On 1 August 2021, the regulatory framework for Advanced Therapy Products (ATPs) came into operation in Hong Kong. ATPs, which are innovative medical products based on genes, cells and tissues that have been subject to 'substantial manipulation' or are intended for non-homologous use, have been added to the definition of 'pharmaceutical products' under the existing Pharmacy and Poisons Ordinance (Cap. 138) ("Ordinance") and its subsidiary legislation, the Pharmacy and Poisons Regulations (Cap. 138A) ("Regulations"). Additional provisions regulating ATPs have also been introduced.
Under the new regulatory framework for ATPs, from 1 August 2021, ATPs are regulated as a specific subset of pharmaceutical products. Accordingly, existing regulatory requirements relating to product registration, licensing of manufacturers and distributors, import and export, etc., apply to ATPs as they currently apply to other pharmaceutical products. In view of the complex nature and risks unique to ATPs, ATPs are also subject to additional licensing, product registration, labeling, record keeping and adverse drug reaction (ADR) reporting requirements under the Regulations. Industry players are advised to familiarize themselves with the new regulatory framework for ATPs, as well as the various guidance documents published by the Pharmacy and Poisons Board, to ensure full compliance with the new requirements relating to ATPs.
1. Definition and classification of ATPs
The scope of 'pharmaceutical products' regulated under the Ordinance has been broadened to include three types of ATPs for human use, namely: (i) gene therapy products; (ii) somatic cell therapy products; and (iii) tissue engineered products. Each type of ATP is defined with focus on substantial manipulation and non-homologous use (i.e., where the use of cells or tissues in the recipient is not for the same essential functions as that in the donor). Please refer to the following table for details.
The definition of ATP is modeled upon the definition adopted by the European Union (EU), which the Government notes is widely accepted internationally.
|Gene therapy product||
|Somatic cell therapy product||
Definition of 'substantial manipulation'
'Substantial manipulation' of cells or tissues means altering the biological characteristics, physiological functions or structural properties of the cells or tissues. However, the definition of 'substantial manipulation' expressly excludes 13 specific manipulation processes (which include, for example, cutting, grinding, irradiation, shaping and lyophilization) as set out in the Schedule to the Ordinance, as they are considered to be minimal manipulations only.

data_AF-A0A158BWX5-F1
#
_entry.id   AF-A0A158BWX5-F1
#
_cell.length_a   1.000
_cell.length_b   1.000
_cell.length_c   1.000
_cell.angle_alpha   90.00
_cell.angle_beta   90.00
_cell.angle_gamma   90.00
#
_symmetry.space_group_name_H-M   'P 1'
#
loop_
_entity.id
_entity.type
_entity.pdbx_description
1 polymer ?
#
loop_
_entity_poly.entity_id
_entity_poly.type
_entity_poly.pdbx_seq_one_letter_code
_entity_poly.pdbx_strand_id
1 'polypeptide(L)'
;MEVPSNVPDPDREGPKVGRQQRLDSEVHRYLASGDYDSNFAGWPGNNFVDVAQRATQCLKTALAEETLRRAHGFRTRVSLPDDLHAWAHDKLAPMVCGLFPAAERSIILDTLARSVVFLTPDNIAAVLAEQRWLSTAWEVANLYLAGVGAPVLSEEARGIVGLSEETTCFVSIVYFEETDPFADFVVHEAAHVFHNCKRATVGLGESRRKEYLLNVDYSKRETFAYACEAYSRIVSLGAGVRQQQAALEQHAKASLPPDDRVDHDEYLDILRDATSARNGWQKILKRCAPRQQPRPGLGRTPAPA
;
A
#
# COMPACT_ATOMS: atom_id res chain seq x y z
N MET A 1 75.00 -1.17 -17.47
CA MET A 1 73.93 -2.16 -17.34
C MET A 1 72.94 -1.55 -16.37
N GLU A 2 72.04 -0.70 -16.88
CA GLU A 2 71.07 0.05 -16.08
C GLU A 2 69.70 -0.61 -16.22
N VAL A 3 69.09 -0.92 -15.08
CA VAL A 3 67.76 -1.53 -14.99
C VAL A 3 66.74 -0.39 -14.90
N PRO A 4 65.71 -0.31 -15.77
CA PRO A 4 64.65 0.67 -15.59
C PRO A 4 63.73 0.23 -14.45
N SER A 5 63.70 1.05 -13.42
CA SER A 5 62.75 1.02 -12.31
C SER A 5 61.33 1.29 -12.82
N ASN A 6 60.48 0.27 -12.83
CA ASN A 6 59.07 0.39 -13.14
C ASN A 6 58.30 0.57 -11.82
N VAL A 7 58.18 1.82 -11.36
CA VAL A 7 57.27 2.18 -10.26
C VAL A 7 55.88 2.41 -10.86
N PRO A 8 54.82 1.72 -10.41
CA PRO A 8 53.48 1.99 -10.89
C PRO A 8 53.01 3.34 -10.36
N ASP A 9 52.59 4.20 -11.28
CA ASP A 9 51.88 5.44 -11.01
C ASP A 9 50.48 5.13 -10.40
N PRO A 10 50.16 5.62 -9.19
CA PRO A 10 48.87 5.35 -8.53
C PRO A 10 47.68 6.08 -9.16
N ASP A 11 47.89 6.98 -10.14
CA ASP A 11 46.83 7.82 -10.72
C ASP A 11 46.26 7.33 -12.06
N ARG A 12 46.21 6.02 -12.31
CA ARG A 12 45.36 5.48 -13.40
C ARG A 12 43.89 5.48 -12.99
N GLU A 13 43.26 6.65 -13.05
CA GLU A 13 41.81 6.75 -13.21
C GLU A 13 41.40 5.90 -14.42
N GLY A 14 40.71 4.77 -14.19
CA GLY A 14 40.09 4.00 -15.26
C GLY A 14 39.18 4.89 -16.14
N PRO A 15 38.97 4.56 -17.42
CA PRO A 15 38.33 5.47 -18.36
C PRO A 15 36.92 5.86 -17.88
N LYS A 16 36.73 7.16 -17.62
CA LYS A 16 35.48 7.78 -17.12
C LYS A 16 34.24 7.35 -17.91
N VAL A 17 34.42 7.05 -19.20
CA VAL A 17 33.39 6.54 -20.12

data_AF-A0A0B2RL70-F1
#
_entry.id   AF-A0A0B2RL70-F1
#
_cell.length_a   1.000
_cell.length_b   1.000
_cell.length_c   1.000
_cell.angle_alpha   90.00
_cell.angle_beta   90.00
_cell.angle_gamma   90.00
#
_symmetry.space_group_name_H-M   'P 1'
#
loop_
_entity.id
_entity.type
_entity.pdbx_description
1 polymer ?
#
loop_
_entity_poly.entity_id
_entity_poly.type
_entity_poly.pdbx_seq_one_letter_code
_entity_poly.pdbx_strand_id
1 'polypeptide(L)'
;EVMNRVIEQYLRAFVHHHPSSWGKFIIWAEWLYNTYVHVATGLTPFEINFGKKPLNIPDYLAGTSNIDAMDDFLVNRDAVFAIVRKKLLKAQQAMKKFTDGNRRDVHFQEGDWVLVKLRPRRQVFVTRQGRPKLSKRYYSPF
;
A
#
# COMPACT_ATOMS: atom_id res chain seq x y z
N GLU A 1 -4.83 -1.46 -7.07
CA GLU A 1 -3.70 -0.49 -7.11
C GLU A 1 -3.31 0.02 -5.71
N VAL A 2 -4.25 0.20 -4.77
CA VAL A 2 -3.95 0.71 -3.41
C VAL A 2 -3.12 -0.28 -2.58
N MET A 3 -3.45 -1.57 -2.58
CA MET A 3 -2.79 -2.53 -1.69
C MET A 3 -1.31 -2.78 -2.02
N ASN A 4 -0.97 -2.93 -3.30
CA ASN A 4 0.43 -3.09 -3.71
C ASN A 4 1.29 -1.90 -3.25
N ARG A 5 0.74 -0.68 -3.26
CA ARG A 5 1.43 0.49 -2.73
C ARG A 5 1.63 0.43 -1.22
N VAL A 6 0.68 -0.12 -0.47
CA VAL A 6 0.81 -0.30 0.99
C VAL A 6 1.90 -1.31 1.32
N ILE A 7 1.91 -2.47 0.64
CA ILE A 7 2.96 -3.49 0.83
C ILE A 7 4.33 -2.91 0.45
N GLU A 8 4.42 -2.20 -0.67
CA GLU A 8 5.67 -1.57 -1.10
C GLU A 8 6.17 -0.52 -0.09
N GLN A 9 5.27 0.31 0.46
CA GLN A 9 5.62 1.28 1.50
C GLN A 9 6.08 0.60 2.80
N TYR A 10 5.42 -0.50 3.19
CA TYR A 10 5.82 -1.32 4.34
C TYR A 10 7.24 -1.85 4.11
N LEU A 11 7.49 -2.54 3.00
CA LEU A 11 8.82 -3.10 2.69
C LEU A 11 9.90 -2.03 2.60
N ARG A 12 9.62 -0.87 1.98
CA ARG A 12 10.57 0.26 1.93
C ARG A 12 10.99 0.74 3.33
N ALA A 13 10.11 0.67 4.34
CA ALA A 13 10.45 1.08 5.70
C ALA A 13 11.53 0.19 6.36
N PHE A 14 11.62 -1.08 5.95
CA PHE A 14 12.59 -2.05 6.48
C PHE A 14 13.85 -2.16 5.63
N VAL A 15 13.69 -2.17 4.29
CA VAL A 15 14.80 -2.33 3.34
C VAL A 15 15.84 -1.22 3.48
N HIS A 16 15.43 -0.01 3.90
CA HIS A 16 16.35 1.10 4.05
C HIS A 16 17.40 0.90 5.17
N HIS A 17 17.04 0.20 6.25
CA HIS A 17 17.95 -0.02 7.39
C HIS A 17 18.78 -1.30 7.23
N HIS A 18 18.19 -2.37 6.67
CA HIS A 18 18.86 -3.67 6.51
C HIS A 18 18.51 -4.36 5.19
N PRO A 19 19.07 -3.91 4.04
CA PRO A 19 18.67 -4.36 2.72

2. Regulatory requirements for ATPs
Other than existing regulatory requirements relating to product labeling, product registration, licensing of manufacturers and distributors, import and export, etc., that are applicable to general pharmaceutical products, notable requirements (with an emphasis to enhance traceability) applicable to ATPs are as follows.
- Product registration
All ATPs applying for registration in Hong Kong must produce official evidence of product registration in at least two of the specified countries (which include Japan, the US, many of the member states of the EU, and the UK).
- Licensing requirements for manufacturers
Individual dispensing of ATPs falls within the definition of 'manufacture' if the dispensing process involves substantial manipulation of cells or tissues. As such, hospitals and other specified institutions will need to obtain a manufacturer's license where their dispensing of ATPs would involve substantial manipulation of cells or tissues.
- Labeling requirements
To allow tracing between donors and recipients, licensed manufacturers of ATPs are required to state on the product label the product code and the unique donation identifier of the ATP (the relevant guidance document issued by the Pharmacy and Poisons Board currently adopts the ISBT 128 standard and the Single European Code). Particular labeling requirements apply even for ATPs for autologous use only, i.e., where the donor and the recipient are the same person.
- Record keeping requirements
On top of the generally applicable record keeping requirements (e.g., date and nature of transaction, name of person supplied, etc.), licensed manufacturers and wholesale dealers must also record the name and address of registered medical practitioners or dentists supplied with ATPs.
If a licensed manufacturer prepares an ATP that contains cells or tissues, the manufacturer must also maintain records of the name and address of the person from whom such cells or tissues were obtained, and the relevant unique donation identifier.
Books, records and documents in relation to ATPs must be kept for at least 30 years after the expiry date of the product. This is substantially more onerous than the two-year period that applies to other pharmaceutical products, but is consistent with the practice in the EU.
- Retention of photographs instead of control samples
While a licensed manufacturer does not need to retain control samples for ATPs containing or consisting of cells or tissues (given the scarcity of the materials or finished products), it should keep photographs clearly showing the particulars on the product label of each batch of finished ATPs for at least one year after the expiry date of the products.
- ADR reporting requirements
In addition to reporting all serious ADR occurring in Hong Kong to the local authority, for ATPs, unexpected ADR must also be reported in view of their complex nature. An unexpected ADR is one whose nature, severity, specificity, or outcome is not consistent with the term or description used in the local product labeling.